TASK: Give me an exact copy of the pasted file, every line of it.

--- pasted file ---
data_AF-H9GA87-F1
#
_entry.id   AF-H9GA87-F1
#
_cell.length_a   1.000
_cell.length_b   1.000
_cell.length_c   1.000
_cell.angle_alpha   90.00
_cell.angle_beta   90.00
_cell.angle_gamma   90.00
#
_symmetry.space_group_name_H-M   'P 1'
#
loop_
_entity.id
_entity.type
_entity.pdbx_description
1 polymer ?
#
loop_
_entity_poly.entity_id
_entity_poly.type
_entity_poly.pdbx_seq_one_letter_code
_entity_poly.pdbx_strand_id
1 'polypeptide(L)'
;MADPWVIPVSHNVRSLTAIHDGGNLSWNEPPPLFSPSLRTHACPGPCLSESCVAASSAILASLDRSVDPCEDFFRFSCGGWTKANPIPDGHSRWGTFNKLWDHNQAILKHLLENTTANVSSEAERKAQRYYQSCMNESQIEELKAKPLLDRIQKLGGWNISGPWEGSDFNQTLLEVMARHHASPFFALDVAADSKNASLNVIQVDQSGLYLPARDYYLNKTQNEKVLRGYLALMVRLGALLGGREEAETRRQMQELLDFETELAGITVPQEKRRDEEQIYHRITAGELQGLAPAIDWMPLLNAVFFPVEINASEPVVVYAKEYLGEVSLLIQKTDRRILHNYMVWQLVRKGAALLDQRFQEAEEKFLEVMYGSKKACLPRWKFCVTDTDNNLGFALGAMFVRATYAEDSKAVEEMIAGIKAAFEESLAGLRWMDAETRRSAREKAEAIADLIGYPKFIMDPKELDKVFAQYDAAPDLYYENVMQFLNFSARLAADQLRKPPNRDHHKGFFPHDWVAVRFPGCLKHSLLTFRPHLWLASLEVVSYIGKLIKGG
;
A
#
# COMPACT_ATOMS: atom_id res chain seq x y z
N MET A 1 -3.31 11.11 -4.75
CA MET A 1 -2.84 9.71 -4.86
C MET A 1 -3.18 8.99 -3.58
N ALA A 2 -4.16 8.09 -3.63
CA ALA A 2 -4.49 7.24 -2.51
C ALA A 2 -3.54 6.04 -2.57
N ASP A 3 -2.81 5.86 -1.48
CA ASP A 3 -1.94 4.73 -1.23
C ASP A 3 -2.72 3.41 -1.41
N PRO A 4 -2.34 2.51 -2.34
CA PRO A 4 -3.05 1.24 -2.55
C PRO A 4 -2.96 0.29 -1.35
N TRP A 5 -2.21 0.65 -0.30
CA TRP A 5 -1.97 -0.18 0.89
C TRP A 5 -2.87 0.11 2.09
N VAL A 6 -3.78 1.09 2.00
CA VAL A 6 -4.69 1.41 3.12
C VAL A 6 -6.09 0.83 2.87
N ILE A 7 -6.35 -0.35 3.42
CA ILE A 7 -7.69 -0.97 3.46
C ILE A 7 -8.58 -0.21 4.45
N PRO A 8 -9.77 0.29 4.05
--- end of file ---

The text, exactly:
data_AF-H9GA87-F1
#
_entry.id   AF-H9GA87-F1
#
_cell.length_a   1.000
_cell.length_b   1.000
_cell.length_c   1.000
_cell.angle_alpha   90.00
_cell.angle_beta   90.00
_cell.angle_gamma   90.00
#
_symmetry.space_group_name_H-M   'P 1'
#
loop_
_entity.id
_entity.type
_entity.pdbx_description
1 polymer ?
#
loop_
_entity_poly.entity_id
_entity_poly.type
_entity_poly.pdbx_seq_one_letter_code
_entity_poly.pdbx_strand_id
1 'polypeptide(L)'
;MADPWVIPVSHNVRSLTAIHDGGNLSWNEPPPLFSPSLRTHACPGPCLSESCVAASSAILASLDRSVDPCEDFFRFSCGGWTKANPIPDGHSRWGTFNKLWDHNQAILKHLLENTTANVSSEAERKAQRYYQSCMNESQIEELKAKPLLDRIQKLGGWNISGPWEGSDFNQTLLEVMARHHASPFFALDVAADSKNASLNVIQVDQSGLYLPARDYYLNKTQNEKVLRGYLALMVRLGALLGGREEAETRRQMQELLDFETELAGITVPQEKRRDEEQIYHRITAGELQGLAPAIDWMPLLNAVFFPVEINASEPVVVYAKEYLGEVSLLIQKTDRRILHNYMVWQLVRKGAALLDQRFQEAEEKFLEVMYGSKKACLPRWKFCVTDTDNNLGFALGAMFVRATYAEDSKAVEEMIAGIKAAFEESLAGLRWMDAETRRSAREKAEAIADLIGYPKFIMDPKELDKVFAQYDAAPDLYYENVMQFLNFSARLAADQLRKPPNRDHHKGFFPHDWVAVRFPGCLKHSLLTFRPHLWLASLEVVSYIGKLIKGG
;
A
#
# COMPACT_ATOMS: atom_id res chain seq x y z
N MET A 1 -3.31 11.11 -4.75
CA MET A 1 -2.84 9.71 -4.86
C MET A 1 -3.18 8.99 -3.58
N ALA A 2 -4.16 8.09 -3.63
CA ALA A 2 -4.49 7.24 -2.51
C ALA A 2 -3.54 6.04 -2.57
N ASP A 3 -2.81 5.86 -1.48
CA ASP A 3 -1.94 4.73 -1.23
C ASP A 3 -2.72 3.41 -1.41
N PRO A 4 -2.34 2.51 -2.34
CA PRO A 4 -3.05 1.24 -2.55
C PRO A 4 -2.96 0.29 -1.35
N TRP A 5 -2.21 0.65 -0.30
CA TRP A 5 -1.97 -0.18 0.89
C TRP A 5 -2.87 0.11 2.09
N VAL A 6 -3.78 1.09 2.00
CA VAL A 6 -4.69 1.41 3.12
C VAL A 6 -6.09 0.83 2.87
N ILE A 7 -6.35 -0.35 3.42
CA ILE A 7 -7.69 -0.97 3.46
C ILE A 7 -8.58 -0.21 4.45
N PRO A 8 -9.77 0.29 4.05